In the first half of a game that featured nine ties and eight lead changes, the Tigers asserted themselves in the final 2:31 of the opening stanza, outscoring Houston, 12-2. Smart had a field goal, then Taylor made a couple of free throws to make it 37-33. Both teams had a turnover and then Houston missed a shot that led to a Taylor fast break field goal that made it 39-33.

After a Houston timeout, the Cougars got a quick score, but Smart got an old-fashioned three-point play on a hoop in the paint and a free throw to push it to 42-35 in favor of the Tigers and Skylar Mays, who saw his double figure scoring streak stopped at seven games, hit a three for the halftime margin of 45-35.

POSTGAME QUOTES
LSU COACH WILL WADE
“Our offense got stagnant in the second half. We just couldn’t move the ball. That hurt us and they (Houston) just pinned their ears back. Their guards getting rebounds, we couldn’t block their guards out. We had a couple rebounds slip through our hands down there. We couldn’t finish plays. We couldn’t finish the game off. We came on the road and played a really good ball club like Houston and played one pretty good half and we played about six minutes of another half. Twenty-six minutes is not enough.”

On LSU’s turnovers and allowing Houston to get offensive rebounds
“You’re not going to win when you turn the ball over 16 times and allow 18 offensive rebounds. We gave up 11 (offensive rebounds) in the second half.”

HOUSTON COACH KELVIN SAMPSON
“I thought Coach Will Wade did a great job of getting his team prepared. They had a good plan, but the game got really discombobulated. With the free throw situation, our top four guys were on the bench with either two or three fouls for a large amount of the first half. We were trying to figure out how to run with a team on the floor. You can’t plug the same offense in with a different group of kids; everybody has different strengths. We had a game plan, but it got thrown off the side of the boat real fast because of all the foul trouble.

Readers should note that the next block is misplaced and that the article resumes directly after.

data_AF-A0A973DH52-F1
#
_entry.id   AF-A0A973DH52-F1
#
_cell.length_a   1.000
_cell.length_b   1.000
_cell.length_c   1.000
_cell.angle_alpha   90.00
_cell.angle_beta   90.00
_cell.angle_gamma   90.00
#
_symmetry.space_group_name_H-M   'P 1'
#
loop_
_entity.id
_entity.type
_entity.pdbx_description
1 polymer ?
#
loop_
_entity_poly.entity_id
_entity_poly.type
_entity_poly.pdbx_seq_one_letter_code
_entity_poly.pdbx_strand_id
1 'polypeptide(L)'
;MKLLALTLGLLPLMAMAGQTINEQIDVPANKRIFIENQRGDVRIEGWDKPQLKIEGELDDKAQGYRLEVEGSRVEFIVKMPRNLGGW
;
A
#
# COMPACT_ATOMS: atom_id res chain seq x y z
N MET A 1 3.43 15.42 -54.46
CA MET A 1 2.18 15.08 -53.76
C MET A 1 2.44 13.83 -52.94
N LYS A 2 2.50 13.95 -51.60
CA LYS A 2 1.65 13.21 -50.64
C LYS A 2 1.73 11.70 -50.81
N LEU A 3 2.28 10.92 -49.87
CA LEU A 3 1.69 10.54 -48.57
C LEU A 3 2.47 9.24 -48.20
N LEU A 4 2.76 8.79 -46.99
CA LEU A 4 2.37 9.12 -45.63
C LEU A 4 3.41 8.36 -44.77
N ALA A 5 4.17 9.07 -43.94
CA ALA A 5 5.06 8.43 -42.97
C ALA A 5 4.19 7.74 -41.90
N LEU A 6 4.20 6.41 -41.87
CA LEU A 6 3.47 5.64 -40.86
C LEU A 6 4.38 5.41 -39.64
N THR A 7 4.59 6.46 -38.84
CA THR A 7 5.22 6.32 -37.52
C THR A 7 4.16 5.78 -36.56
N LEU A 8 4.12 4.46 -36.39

“I thought LSU outplayed us in the first half. Sometimes you have to give credit to the other team instead of poormouthing your own team. LSU did a good job, and they have excellent players. Even though we were down by ten, and then by 15, I’ve been around this group enough to know we can do it.
They took Corey Davis and Armoni Brooks away, which was smart. There towards the end, we finally executed well and got Brooks some looks in the corner. Davis was out of it, but at least he came back and made four big free throws.

“At practices going into every game, we work extremely hard at rebounding shots on both ends. We missed 36 shots tonight and had 18 offensive rebounds; that means we rebounded 50 percent of our misses. On a night that we didn’t shoot the ball well, getting 13 on the boards was big. Our toughness in the second half is what made us pull through, but congratulations to Coach Wade and his staff. You can tell that they worked efficiently in this game. They put time and effort into their game plan and they were ready. Their coaching staff and players alike did a great job. I was really impressed with LSU freshman guard, Ja'vonte Smart; he’s going to be a great player …”